Reinventing Magna Carta through the eyes of artist Cornelia Parker, and an update on the continuing humanitarian crisis in Syria. Jenni Murray presents the female perspective.
Re-inventing the Magna Carta through the eyes of artist Cornelia Parker. As the conflict in Syria slips down the news agenda, we've an update on the country's continuing humanitarian crisis. The Bank of England wants the public to suggest the name of a visual artist they'd like to see on a new £20 note, we discuss the female artists who would be eligible. We've more in our series of audio snapshots in which women answer personal questions about their lives. And how should women in the clergy dress for work?
Presenter: Jenni Murray
Producer: Anne Peacock.
Cornelia Parker's Magna Carta
Artist Cornelia Parker admits she can’t sew very well. So when she was commissioned to create a piece to commemorate the 800th anniversary of the Magna Carta she chose to produce a 13 metre long piece of embroidery: an enormous reproduction of the Wikipedia entry about the Magna Carta. Completion required she enlist the help of many, many others: 200 to be precise. It is on display in the British Library with pertinent contributions by judges, prisoners, pop stars, Cornelia and even the founder of Wikipedia, Jimmy Wales. Catherine Carr speaks to Cornelia Parker about her creation.
Syrian Hospital for Women and Children - Rola Hallam
There are fears today that the world heritage site in the ancient city of Palmyra might be destroyed as so called Islamic State militants have seized the city. But what about the civilians caught up in the humanitarian crisis which has worsened in the last year? The four year conflict has killed over 200,000 people and displaced around 8 million Syrians. Women and children have been disproportionately impacted by the destruction of health facilities and the country is losing its specialist doctors who have leaving at an alarming rate. A Syrian NGO ‘‘Hand in Hand for Syria ’ together with Oxfam and 20 other aid groups published a report in March which claims that the United Nations Security Council is "failing Syria" by not implementing its own resolutions to protect and assist civilians in Syria. They are now calling on the international community to act on this report and the UN resolution to end civilian suffering. Jenni is joined by Rola Hallam, the Medical Director of Hand In Hand to talk about the small hospital which her NGO has established to provide medical care for women and children and why she believes that despite the obstacles, there are still opportunities to help.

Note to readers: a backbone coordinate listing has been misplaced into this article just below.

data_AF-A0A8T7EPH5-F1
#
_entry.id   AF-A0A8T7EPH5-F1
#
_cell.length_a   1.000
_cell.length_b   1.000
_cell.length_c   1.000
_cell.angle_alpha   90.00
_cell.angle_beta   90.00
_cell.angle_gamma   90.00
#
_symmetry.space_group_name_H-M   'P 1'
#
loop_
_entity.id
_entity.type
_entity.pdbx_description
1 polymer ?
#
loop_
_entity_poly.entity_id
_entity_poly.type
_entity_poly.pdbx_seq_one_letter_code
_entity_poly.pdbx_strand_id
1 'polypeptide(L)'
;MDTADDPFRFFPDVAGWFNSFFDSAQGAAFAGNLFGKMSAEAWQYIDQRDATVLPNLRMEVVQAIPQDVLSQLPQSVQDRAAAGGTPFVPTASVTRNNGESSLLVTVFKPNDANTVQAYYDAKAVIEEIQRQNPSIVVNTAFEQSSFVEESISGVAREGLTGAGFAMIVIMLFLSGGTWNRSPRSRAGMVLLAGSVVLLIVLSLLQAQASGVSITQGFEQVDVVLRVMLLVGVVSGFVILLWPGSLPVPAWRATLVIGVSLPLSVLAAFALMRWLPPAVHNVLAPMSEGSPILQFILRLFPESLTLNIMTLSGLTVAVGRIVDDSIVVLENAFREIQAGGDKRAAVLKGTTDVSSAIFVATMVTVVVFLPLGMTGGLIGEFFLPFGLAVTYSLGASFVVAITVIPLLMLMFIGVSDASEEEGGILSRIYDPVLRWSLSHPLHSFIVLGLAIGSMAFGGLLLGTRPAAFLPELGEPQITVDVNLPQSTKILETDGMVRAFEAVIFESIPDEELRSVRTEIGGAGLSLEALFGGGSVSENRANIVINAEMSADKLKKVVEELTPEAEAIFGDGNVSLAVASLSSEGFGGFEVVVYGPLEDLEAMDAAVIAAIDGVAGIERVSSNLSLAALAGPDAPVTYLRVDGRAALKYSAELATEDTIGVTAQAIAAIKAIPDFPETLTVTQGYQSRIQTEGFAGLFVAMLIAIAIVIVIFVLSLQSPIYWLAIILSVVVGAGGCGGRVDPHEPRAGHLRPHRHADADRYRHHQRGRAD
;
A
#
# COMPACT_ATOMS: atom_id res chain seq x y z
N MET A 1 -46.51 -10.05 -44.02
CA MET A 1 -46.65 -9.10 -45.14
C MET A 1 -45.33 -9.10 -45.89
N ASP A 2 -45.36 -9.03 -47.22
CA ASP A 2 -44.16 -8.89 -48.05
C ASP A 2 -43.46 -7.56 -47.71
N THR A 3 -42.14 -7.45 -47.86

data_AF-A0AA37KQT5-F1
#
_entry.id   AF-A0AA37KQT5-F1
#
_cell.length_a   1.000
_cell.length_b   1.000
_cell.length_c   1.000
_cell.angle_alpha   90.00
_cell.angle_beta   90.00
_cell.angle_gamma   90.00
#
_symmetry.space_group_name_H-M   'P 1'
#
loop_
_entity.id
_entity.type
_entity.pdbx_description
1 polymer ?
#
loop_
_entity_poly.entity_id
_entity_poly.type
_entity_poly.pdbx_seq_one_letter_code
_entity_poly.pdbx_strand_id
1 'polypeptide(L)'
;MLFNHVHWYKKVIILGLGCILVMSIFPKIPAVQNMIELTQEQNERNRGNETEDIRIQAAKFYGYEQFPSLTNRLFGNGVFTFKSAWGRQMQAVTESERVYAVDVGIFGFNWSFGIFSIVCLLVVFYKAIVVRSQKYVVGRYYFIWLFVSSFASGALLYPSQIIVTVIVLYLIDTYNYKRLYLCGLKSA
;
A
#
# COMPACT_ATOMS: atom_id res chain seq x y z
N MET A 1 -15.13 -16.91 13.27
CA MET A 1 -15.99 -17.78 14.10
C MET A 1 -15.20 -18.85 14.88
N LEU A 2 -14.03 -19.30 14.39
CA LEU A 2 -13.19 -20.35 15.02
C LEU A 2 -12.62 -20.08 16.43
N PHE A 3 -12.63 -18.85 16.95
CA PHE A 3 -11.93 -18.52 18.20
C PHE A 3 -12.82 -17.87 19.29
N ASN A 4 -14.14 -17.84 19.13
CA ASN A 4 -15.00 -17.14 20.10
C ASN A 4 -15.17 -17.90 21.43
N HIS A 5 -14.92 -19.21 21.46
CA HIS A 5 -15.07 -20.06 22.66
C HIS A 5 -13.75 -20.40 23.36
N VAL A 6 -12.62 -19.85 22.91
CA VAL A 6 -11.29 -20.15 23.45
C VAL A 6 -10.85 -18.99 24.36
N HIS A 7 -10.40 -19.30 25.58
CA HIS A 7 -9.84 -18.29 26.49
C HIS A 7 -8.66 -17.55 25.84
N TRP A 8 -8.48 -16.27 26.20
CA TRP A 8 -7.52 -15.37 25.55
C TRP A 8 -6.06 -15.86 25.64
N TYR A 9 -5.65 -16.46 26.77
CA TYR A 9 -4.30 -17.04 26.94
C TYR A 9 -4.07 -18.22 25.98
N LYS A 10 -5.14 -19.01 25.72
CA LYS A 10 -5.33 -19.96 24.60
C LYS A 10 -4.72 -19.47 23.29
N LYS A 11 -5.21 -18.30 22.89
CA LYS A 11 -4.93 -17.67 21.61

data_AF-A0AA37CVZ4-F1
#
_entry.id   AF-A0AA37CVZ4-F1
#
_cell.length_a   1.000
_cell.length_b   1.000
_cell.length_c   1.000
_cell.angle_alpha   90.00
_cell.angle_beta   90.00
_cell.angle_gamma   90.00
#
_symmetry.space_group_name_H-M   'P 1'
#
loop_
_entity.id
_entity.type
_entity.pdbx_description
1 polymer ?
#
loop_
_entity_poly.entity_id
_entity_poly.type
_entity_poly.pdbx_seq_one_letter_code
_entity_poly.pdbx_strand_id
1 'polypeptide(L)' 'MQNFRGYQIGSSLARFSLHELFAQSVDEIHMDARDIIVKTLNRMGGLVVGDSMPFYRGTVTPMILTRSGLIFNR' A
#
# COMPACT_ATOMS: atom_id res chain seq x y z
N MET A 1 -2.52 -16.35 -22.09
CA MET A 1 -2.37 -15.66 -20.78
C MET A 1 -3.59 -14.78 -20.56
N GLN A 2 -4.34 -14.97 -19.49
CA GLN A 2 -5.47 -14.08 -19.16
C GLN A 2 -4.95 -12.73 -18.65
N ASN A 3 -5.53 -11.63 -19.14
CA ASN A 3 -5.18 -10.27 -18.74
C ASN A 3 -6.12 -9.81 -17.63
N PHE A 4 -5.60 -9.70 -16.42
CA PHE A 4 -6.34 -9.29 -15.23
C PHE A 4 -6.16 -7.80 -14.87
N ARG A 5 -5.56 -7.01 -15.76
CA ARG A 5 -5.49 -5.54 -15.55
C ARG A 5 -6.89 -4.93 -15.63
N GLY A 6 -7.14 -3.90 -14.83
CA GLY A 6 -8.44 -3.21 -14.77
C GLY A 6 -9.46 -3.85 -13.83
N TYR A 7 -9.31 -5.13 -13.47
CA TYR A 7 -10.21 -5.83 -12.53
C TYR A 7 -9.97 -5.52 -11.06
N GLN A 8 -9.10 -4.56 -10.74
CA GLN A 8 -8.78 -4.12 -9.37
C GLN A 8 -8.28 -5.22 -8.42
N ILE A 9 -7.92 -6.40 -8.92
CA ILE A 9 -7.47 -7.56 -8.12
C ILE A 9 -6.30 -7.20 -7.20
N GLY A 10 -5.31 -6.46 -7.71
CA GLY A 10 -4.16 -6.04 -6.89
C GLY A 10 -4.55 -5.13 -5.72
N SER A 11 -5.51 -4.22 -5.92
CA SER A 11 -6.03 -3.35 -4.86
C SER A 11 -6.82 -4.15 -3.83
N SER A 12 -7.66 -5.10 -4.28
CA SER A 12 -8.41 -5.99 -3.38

Bank Note Choice
The Bank of England is asking for nominations from the public for a visual artist to appear on the new £20 note. They’re looking for someone who is non-fictitious, British and no longer alive and they could come from any of the visual arts – painting, architecture, fashion design, sculpture and so on. Two years ago the process to choose the new face on the £10 note led to a campaign to ensure the note featured a woman – and the final decision was Jane Austen. So how about a female visual artist on the £20 note and who would be a good choice? Jenni is joined by Professor Geraldine Johnson, Head of the Department of the History of Art at the University of Oxford and Arts Journalist, Rosie Millard to consider some possible choices.
Faith and Fashion
There are limited options for women priests and ministers to wear to work. Camelle Daily grew up a church-goer, and is the founder of House of Ilona - a clothing line that specialises in fashion dress wear for women of the church. The Reverend Sally Hitchiner is the co-ordinating Anglican Chaplain and Inter Faith Advisor at Brunel University London.
Women in One